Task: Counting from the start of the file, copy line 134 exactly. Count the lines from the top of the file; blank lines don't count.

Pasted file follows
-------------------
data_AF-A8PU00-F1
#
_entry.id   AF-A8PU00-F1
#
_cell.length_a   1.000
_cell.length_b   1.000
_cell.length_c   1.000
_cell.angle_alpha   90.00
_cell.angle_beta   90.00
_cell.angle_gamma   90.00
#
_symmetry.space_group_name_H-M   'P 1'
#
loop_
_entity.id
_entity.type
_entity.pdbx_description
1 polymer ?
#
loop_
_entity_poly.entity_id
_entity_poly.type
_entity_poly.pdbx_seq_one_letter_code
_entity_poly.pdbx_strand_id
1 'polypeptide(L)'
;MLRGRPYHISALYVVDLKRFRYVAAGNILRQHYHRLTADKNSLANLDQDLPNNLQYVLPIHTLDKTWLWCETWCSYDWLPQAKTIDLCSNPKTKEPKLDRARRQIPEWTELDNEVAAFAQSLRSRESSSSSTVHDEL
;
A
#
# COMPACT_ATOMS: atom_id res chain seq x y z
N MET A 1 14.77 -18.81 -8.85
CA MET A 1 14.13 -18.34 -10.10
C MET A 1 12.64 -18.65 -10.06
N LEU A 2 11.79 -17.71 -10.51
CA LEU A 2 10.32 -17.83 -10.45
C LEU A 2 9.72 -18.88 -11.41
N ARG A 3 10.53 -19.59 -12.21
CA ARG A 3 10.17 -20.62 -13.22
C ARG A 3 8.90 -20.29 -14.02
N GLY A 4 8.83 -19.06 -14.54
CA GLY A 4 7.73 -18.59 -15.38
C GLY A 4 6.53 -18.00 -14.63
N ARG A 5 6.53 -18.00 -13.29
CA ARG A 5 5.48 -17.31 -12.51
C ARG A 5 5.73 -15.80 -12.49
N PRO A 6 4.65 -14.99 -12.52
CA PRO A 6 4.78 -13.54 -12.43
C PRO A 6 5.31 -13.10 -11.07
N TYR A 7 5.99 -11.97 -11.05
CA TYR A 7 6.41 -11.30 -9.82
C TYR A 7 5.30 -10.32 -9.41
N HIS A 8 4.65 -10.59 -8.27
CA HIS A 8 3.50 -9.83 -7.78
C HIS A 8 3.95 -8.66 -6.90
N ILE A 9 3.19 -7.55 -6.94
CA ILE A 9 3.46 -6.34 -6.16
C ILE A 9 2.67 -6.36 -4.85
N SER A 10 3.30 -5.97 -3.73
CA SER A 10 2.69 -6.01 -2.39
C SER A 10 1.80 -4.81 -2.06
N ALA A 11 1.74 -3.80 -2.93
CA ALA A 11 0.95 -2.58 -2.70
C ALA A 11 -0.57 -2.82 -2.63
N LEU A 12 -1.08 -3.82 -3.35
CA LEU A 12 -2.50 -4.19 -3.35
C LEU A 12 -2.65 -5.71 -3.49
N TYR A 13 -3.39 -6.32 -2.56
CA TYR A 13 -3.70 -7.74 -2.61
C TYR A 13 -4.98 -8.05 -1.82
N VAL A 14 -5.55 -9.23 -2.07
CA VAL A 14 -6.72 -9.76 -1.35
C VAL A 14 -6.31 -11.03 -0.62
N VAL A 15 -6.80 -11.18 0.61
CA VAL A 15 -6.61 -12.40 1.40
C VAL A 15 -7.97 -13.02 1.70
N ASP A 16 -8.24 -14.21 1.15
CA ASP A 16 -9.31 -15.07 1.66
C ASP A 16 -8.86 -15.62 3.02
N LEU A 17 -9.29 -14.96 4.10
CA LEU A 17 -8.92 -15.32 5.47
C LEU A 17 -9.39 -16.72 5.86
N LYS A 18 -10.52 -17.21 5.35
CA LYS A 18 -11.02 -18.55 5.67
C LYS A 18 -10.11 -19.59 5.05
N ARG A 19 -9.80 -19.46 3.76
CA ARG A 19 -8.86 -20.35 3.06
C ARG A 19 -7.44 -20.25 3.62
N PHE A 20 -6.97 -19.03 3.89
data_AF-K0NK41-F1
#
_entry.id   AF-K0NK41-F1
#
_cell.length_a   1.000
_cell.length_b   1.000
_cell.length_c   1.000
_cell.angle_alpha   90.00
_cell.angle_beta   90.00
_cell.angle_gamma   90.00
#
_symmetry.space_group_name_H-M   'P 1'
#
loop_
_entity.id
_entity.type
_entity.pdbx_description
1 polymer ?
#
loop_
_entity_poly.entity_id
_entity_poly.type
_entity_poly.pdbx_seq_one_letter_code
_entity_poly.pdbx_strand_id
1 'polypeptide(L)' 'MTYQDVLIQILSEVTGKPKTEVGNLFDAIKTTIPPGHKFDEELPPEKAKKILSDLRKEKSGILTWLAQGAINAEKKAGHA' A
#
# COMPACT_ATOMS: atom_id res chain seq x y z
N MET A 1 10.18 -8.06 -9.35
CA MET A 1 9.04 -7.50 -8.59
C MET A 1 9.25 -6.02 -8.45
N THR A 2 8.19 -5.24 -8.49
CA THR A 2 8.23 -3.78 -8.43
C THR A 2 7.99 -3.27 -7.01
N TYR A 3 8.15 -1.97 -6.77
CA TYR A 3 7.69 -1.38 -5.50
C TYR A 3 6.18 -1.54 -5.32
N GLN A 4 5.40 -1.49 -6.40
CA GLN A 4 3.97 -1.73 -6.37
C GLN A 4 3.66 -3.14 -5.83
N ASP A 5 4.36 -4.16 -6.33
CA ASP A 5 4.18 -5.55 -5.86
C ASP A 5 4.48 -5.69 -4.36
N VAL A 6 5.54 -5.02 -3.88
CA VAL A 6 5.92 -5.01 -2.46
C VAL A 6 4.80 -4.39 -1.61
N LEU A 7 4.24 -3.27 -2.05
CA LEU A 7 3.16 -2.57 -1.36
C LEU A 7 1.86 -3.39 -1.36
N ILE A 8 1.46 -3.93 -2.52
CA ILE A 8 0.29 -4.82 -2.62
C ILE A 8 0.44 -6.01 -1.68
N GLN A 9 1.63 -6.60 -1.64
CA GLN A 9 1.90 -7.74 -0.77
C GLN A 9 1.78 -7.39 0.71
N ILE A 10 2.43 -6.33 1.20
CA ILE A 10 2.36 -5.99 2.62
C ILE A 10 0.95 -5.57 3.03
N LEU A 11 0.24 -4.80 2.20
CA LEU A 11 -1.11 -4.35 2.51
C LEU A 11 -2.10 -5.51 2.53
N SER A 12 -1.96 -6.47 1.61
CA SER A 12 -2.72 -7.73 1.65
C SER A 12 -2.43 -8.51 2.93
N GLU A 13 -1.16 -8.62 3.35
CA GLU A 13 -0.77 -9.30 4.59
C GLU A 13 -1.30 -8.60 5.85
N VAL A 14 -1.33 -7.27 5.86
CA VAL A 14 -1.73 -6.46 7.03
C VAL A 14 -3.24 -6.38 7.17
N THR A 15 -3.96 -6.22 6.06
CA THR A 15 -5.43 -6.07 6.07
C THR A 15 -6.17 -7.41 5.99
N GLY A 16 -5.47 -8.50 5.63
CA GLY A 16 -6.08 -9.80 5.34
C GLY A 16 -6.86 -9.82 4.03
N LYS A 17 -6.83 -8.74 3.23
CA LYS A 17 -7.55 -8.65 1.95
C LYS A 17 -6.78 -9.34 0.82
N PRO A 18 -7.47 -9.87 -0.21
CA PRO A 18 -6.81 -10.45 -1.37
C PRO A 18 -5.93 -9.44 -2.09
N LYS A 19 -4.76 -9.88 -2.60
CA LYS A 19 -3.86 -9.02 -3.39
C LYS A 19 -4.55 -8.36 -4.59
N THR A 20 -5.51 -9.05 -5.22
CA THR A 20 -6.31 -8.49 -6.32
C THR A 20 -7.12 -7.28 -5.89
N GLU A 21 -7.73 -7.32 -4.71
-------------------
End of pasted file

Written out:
N LEU A 7 4.24 -3.27 -2.05